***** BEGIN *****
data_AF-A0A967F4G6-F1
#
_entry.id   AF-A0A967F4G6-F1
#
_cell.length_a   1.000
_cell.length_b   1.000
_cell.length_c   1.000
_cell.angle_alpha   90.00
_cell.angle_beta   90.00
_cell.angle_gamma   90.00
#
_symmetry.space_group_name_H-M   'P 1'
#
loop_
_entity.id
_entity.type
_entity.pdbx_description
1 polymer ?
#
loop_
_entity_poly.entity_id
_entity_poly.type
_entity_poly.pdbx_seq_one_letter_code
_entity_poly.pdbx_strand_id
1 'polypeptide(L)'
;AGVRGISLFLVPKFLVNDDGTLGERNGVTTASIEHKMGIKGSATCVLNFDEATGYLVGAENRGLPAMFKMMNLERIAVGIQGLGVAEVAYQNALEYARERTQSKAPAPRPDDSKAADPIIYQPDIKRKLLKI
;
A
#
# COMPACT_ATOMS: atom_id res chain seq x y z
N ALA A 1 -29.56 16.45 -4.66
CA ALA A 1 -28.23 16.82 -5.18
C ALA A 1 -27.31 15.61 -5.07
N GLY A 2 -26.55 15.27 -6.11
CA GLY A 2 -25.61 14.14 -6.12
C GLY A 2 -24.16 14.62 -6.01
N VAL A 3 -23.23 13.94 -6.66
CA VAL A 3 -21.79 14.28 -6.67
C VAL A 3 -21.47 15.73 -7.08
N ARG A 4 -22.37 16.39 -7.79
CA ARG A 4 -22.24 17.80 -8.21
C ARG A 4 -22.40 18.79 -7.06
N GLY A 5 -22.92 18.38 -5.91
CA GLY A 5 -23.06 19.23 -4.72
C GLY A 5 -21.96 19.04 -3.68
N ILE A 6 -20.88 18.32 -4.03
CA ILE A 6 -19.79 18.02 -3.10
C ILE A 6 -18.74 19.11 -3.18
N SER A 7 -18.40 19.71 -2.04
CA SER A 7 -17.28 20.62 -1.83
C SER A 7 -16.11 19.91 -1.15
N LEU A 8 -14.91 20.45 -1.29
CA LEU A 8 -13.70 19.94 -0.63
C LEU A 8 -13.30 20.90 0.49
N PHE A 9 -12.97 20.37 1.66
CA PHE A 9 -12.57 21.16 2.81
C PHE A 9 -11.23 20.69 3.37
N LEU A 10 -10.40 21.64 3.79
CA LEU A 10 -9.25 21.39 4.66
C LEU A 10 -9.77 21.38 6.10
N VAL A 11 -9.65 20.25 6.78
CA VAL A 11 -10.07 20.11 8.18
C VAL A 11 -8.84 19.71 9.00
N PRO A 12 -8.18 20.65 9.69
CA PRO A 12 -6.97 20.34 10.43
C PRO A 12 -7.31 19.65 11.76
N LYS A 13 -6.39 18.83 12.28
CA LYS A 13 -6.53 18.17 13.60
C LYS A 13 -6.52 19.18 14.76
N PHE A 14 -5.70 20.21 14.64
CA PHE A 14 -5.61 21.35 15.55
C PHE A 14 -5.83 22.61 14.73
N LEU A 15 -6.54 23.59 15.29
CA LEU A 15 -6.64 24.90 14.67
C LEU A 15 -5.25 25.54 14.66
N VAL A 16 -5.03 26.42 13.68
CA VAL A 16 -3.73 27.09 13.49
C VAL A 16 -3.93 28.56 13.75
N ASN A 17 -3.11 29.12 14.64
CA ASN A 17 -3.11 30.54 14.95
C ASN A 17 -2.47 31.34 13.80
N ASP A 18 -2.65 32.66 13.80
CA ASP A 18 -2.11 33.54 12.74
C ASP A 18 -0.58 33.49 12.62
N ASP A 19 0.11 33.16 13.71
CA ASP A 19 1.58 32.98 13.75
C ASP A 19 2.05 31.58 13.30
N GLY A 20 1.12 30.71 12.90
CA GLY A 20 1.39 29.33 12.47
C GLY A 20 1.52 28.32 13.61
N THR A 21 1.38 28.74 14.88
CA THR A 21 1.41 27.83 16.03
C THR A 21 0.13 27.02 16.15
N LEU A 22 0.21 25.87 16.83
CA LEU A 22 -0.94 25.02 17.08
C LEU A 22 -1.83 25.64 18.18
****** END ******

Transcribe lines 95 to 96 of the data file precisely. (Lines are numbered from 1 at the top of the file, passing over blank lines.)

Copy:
CA LEU A 22 -0.94 25.02 17.08
C LEU A 22 -1.83 25.64 18.18